Farming is not for the feint hearted.

Today I learnt more about what real farming is all about. While all week I have been helping around the farm, assisting with whatever job needs doing, from checking livestock to fencing, it has all been fun. Today I saw the results of two years of fleece collection and the marketing process. It has finally hit home. To be a farmer you have to have a job. I mean something other than farming to pay the bills. Farming is something you do for love, not money. Unless you have land of such a size that you can realistically farm quantity and retain quality at the same time....ethical farming needs space to flourish. We started our day early with the task for the day being to bale the fleeces from New Years Eve, then take them to the wool buyer. Two hours later, after collecting and baling the fleeces, then helping to recapture an escaped ram we were on the road with 5 bales of fleece in the trailer. This is two years of product from our flock. The wool buyer pays between 10c per kilo for daggy wool to $7-9 per kilo for top quality Merino fleece. Black Faced Suffolk's are considered eating sheep with their fleeces a by product. With wool quality less than Merino or Merino crosses, around the $4 mark is what is paid for a kilo of fleece from the Black Faced Suffolk's. Slightly more for lamb fleece as would be expected. Bales range in weight from around 90kg to 180 kg depending on the quality control of sorting and dag removal etc. The local rural newspaper only reinforces my thoughts, with the Tasmanian Country advising that DAFF has increased its shed registration fees from $500 last year to $8500 this year. From what I can work out the Government has increased the fee for those producers wanting to export their product, in this instance cherries, so that they comply as a registered exporter. That is a huge increase in fees. Perhaps DAFF should rename themselves DAFFY! We arrived home mid afternoon with a trailer load of mulch to add to the garden. I had started weeding during our Christmas visit, only to return and find that weeds were again taking over. So, mulch is the best option to try and control the regrowth in our absence. Luckily for us Harold called in to say hi, so while he shovelled mulch from the trailer to the wheelbarrows, Frank delivered them to me and I raked them across the garden beds. So much quicker with three on the job - so thanks Harold! The cold beer at the end of it went down a treat too. I am still admiring how good the garden is looking after our efforts. 6.4.2013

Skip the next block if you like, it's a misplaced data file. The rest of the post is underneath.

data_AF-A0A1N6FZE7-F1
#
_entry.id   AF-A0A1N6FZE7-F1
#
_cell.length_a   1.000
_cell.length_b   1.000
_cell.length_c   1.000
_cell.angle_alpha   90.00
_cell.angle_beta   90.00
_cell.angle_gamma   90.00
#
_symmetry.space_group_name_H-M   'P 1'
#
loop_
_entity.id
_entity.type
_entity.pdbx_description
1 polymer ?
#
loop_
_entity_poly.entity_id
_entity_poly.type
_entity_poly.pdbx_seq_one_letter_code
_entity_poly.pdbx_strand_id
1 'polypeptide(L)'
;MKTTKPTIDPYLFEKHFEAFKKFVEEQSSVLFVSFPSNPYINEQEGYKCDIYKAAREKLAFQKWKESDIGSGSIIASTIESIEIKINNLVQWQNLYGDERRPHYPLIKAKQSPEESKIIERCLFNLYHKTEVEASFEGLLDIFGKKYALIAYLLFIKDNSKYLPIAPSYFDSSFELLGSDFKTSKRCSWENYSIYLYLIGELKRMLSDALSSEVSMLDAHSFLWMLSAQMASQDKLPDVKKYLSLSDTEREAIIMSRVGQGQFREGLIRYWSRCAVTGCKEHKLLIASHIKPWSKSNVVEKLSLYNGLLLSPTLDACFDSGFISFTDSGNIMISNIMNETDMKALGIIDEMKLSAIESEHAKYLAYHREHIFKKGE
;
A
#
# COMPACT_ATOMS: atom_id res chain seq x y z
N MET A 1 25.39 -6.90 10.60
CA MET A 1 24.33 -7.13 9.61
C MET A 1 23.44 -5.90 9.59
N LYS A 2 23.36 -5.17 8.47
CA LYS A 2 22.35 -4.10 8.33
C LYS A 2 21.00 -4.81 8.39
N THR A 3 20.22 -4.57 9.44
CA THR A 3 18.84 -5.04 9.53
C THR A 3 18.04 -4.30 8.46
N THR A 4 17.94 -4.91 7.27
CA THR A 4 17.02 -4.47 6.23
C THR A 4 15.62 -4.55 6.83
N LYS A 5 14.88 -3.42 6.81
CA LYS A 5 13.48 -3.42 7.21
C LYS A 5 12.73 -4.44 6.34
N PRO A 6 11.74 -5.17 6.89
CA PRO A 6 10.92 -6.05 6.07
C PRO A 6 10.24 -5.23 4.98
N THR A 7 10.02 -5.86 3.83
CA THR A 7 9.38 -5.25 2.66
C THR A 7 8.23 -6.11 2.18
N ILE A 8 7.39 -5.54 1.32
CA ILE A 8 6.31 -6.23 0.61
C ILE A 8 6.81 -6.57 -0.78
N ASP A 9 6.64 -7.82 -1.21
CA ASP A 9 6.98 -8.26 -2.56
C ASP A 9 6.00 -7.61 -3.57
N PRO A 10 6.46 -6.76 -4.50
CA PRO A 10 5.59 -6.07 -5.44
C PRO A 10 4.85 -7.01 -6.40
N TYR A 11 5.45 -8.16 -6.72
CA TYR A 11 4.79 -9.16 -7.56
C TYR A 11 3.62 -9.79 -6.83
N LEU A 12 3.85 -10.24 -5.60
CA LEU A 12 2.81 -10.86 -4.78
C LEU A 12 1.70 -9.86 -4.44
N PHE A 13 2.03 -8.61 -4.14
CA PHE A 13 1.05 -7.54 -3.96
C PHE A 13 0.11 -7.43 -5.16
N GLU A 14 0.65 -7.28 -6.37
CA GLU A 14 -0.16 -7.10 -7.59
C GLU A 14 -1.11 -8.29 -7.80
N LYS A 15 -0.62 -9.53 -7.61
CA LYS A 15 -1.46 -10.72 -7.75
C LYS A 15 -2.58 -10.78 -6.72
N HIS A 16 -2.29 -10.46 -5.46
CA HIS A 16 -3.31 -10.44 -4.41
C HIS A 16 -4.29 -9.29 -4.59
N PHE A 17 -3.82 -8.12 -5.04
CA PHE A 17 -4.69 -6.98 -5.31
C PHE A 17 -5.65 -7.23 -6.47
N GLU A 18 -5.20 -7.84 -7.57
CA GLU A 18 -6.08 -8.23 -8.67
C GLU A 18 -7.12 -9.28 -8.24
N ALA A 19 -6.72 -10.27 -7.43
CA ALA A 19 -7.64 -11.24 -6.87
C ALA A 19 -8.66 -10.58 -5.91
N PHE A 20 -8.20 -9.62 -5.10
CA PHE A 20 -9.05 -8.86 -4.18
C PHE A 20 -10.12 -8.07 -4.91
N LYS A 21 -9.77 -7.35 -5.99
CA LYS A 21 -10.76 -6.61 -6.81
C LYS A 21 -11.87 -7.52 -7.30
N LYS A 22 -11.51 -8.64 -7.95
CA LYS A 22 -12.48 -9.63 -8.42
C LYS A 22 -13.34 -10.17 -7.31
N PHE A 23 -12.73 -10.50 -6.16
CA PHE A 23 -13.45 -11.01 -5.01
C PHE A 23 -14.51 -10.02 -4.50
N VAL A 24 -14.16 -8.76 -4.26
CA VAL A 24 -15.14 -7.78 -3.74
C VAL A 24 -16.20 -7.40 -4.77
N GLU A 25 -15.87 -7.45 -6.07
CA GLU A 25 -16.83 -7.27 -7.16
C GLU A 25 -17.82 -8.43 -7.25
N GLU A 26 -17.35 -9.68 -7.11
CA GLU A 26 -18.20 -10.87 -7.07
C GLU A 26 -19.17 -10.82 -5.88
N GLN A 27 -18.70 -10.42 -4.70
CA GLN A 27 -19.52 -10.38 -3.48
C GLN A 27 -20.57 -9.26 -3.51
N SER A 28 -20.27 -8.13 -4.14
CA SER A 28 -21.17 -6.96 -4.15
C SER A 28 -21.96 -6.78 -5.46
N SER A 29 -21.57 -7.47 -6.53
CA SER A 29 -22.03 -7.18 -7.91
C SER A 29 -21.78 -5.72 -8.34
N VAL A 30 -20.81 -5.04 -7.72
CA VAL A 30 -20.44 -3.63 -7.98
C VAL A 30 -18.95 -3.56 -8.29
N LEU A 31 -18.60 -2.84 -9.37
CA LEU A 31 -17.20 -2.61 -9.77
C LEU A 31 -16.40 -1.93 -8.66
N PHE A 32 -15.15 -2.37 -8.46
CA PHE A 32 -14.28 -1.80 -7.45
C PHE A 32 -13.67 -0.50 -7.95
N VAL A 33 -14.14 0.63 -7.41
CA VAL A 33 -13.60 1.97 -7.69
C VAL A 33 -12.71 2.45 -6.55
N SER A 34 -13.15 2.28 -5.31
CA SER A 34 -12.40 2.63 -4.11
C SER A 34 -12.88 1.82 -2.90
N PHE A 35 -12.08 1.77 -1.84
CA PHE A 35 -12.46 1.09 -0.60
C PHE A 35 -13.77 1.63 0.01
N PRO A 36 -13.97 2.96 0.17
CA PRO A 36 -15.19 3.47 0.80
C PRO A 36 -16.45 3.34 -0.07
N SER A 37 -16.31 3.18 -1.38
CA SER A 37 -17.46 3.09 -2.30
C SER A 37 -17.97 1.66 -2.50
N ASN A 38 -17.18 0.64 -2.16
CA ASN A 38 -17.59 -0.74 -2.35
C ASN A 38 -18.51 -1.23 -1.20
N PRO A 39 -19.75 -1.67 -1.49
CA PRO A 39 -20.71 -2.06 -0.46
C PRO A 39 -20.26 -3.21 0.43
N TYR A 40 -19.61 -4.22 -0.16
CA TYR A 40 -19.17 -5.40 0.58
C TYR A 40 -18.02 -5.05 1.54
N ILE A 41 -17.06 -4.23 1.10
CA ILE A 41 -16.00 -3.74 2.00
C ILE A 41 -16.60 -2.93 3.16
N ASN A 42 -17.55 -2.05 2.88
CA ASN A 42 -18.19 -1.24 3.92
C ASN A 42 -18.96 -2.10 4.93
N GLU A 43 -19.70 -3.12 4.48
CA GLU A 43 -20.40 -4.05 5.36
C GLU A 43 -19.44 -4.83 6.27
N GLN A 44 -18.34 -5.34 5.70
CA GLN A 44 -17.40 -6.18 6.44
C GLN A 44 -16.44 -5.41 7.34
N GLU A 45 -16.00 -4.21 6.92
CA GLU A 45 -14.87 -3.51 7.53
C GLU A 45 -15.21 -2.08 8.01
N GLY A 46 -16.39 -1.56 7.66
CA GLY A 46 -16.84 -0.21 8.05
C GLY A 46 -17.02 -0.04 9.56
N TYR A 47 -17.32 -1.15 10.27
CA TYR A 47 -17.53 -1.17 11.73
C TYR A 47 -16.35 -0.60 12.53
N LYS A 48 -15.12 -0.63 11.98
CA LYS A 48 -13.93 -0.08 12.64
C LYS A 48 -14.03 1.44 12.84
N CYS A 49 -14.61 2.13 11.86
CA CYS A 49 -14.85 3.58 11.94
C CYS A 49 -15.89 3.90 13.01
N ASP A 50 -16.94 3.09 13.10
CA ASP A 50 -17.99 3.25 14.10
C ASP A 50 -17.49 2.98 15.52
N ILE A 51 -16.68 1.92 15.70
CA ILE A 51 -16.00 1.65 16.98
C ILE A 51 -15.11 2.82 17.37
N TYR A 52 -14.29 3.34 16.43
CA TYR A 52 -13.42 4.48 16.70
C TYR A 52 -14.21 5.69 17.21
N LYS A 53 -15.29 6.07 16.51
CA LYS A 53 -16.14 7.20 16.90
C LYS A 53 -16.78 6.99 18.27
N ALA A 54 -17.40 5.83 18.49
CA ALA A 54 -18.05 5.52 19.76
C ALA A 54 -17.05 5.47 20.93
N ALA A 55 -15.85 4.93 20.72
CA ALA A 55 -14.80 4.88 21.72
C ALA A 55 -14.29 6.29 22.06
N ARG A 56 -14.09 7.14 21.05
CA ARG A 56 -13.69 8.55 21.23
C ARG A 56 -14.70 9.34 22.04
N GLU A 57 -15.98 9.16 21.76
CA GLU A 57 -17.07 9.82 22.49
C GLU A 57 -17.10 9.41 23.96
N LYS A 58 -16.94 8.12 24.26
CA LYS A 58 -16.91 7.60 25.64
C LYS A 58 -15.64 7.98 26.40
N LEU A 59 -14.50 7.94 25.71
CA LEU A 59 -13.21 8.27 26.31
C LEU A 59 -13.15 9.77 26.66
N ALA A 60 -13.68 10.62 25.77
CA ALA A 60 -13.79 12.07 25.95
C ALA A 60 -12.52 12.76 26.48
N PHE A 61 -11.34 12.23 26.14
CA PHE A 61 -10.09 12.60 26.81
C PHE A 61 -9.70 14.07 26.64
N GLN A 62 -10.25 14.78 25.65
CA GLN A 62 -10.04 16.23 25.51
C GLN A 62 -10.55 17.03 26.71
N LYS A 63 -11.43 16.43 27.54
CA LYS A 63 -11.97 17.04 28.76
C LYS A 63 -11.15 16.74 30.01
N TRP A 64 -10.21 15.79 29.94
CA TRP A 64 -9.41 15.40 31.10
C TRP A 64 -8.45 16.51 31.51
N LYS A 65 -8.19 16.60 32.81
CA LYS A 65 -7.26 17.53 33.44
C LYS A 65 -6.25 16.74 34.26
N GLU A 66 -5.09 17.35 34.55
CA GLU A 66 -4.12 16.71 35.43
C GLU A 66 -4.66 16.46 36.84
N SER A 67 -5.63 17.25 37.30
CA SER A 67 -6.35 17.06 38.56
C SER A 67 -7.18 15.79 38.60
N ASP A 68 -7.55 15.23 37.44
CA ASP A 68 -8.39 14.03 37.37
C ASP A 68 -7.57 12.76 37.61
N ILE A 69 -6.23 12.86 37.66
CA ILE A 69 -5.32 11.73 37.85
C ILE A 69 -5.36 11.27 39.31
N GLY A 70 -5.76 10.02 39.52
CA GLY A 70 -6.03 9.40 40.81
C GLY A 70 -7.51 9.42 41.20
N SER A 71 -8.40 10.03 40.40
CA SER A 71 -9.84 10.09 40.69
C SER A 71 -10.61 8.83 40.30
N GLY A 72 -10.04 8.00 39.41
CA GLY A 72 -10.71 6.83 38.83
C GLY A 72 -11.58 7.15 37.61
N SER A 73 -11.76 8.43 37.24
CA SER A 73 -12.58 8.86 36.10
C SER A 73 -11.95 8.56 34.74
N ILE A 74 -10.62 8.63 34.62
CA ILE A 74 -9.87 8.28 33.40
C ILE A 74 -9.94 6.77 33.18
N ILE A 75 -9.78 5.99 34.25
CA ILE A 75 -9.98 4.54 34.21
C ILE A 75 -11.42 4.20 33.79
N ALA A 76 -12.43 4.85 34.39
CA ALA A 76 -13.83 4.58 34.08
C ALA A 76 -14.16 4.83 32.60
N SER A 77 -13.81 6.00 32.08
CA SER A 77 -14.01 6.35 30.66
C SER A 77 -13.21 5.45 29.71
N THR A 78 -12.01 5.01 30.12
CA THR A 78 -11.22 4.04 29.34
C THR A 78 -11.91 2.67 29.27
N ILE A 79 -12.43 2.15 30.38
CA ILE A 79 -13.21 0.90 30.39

Wednesday, April 3, 2013

Animal spotting at Cradle Mountain